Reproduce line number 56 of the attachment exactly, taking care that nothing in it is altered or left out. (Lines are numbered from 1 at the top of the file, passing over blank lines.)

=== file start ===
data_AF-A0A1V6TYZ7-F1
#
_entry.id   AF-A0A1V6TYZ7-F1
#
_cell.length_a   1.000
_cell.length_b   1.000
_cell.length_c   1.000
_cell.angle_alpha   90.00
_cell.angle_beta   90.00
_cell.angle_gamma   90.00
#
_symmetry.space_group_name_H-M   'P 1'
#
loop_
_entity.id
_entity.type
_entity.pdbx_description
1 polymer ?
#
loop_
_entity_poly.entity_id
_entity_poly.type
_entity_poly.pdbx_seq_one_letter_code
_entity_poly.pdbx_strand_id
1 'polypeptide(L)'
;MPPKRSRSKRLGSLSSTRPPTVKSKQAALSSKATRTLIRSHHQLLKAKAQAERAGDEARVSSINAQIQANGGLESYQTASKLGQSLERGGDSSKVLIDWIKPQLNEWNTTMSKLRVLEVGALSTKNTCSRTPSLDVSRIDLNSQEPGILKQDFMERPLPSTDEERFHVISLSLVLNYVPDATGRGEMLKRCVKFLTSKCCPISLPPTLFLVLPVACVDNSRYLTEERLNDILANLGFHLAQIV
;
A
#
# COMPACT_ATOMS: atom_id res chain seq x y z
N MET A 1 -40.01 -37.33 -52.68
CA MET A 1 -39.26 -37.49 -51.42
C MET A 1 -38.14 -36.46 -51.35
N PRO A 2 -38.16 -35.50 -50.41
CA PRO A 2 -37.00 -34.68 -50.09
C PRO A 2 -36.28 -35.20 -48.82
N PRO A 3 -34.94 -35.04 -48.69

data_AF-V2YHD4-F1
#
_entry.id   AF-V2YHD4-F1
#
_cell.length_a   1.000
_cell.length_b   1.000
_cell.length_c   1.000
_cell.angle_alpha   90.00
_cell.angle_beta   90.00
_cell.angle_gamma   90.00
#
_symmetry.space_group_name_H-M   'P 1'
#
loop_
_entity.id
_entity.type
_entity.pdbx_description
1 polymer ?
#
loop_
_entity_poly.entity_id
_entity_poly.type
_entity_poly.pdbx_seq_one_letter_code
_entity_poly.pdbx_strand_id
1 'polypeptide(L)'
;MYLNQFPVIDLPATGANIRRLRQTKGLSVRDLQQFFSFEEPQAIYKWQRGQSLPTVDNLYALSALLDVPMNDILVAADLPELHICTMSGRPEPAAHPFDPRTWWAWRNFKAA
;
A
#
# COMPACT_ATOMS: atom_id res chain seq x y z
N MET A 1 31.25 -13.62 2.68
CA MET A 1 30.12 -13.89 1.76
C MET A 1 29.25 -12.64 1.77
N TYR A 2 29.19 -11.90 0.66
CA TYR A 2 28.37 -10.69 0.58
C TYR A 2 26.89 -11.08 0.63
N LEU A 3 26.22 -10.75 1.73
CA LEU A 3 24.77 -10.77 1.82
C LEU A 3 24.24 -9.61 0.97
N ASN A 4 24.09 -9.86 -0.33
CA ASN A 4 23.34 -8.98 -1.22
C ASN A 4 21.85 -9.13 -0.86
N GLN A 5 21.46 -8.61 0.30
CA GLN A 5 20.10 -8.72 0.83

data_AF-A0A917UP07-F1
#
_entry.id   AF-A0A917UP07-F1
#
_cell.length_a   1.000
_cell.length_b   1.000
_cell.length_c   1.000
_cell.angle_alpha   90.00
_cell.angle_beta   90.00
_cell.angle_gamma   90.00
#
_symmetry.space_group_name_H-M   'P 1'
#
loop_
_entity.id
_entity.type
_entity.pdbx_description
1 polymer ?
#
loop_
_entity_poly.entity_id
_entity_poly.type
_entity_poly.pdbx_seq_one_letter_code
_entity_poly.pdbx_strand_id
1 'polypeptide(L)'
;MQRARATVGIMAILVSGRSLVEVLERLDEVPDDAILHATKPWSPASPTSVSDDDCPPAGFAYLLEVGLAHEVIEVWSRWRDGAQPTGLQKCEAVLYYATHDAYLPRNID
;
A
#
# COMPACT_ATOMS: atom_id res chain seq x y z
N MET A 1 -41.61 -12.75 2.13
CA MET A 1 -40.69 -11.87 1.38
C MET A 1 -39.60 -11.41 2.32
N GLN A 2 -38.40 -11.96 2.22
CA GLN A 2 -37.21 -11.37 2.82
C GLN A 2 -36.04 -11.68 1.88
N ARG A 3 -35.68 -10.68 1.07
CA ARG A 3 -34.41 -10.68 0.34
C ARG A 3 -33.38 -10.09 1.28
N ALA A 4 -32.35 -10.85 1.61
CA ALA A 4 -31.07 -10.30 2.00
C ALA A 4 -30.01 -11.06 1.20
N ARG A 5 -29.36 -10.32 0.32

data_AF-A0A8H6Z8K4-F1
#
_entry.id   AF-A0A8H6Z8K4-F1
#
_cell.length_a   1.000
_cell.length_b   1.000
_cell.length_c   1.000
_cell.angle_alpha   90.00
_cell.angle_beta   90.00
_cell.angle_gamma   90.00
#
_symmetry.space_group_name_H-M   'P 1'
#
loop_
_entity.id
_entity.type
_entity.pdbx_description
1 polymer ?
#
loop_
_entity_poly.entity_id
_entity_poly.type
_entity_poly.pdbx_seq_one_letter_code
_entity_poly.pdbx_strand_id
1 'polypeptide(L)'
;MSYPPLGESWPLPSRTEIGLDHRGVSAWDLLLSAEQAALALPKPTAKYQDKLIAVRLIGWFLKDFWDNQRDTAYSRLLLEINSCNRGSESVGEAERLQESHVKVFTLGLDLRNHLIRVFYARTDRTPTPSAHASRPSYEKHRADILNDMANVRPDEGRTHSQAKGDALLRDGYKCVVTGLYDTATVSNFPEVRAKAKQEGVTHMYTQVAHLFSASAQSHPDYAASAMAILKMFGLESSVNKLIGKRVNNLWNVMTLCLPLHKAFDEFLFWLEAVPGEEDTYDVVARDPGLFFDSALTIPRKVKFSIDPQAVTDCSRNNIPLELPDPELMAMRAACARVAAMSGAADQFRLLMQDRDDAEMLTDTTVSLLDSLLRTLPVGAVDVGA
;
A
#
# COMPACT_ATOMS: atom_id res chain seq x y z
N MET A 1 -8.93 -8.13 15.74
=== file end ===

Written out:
#